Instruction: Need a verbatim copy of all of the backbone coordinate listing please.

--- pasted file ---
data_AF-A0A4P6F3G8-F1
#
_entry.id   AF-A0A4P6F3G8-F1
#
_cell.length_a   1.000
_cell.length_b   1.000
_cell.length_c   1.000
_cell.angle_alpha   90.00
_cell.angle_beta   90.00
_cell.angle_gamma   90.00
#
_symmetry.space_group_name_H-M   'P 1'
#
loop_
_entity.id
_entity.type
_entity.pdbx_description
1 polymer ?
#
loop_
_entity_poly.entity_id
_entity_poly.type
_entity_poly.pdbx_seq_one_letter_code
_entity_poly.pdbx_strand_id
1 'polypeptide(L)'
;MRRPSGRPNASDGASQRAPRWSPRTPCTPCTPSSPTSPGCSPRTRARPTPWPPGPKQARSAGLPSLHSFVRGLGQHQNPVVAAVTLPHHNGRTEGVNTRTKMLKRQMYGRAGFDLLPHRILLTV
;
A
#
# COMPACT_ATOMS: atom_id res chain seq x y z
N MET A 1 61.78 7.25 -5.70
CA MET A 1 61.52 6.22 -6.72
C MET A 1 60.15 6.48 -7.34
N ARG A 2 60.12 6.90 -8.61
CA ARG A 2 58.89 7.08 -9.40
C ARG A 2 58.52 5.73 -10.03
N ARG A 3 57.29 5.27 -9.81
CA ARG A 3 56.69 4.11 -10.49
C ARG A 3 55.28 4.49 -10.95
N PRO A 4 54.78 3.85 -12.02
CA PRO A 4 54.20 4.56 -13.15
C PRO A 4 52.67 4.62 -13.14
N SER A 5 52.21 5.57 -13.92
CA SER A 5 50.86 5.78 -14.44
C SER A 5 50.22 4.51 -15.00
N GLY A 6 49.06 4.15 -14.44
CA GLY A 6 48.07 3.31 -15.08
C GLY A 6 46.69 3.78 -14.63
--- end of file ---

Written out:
data_AF-A0A4P6F3G8-F1
#
_entry.id   AF-A0A4P6F3G8-F1
#
_cell.length_a   1.000
_cell.length_b   1.000
_cell.length_c   1.000
_cell.angle_alpha   90.00
_cell.angle_beta   90.00
_cell.angle_gamma   90.00
#
_symmetry.space_group_name_H-M   'P 1'
#
loop_
_entity.id
_entity.type
_entity.pdbx_description
1 polymer ?
#
loop_
_entity_poly.entity_id
_entity_poly.type
_entity_poly.pdbx_seq_one_letter_code
_entity_poly.pdbx_strand_id
1 'polypeptide(L)'
;MRRPSGRPNASDGASQRAPRWSPRTPCTPCTPSSPTSPGCSPRTRARPTPWPPGPKQARSAGLPSLHSFVRGLGQHQNPVVAAVTLPHHNGRTEGVNTRTKMLKRQMYGRAGFDLLPHRILLTV
;
A
#
# COMPACT_ATOMS: atom_id res chain seq x y z
N MET A 1 61.78 7.25 -5.70
CA MET A 1 61.52 6.22 -6.72
C MET A 1 60.15 6.48 -7.34
N ARG A 2 60.12 6.90 -8.61
CA ARG A 2 58.89 7.08 -9.40
C ARG A 2 58.52 5.73 -10.03
N ARG A 3 57.29 5.27 -9.81
CA ARG A 3 56.69 4.11 -10.49
C ARG A 3 55.28 4.49 -10.95
N PRO A 4 54.78 3.85 -12.02
CA PRO A 4 54.20 4.56 -13.15
C PRO A 4 52.67 4.62 -13.14
N SER A 5 52.21 5.57 -13.92
CA SER A 5 50.86 5.78 -14.44
C SER A 5 50.22 4.51 -15.00
N GLY A 6 49.06 4.15 -14.44
CA GLY A 6 48.07 3.31 -15.08
C GLY A 6 46.69 3.78 -14.63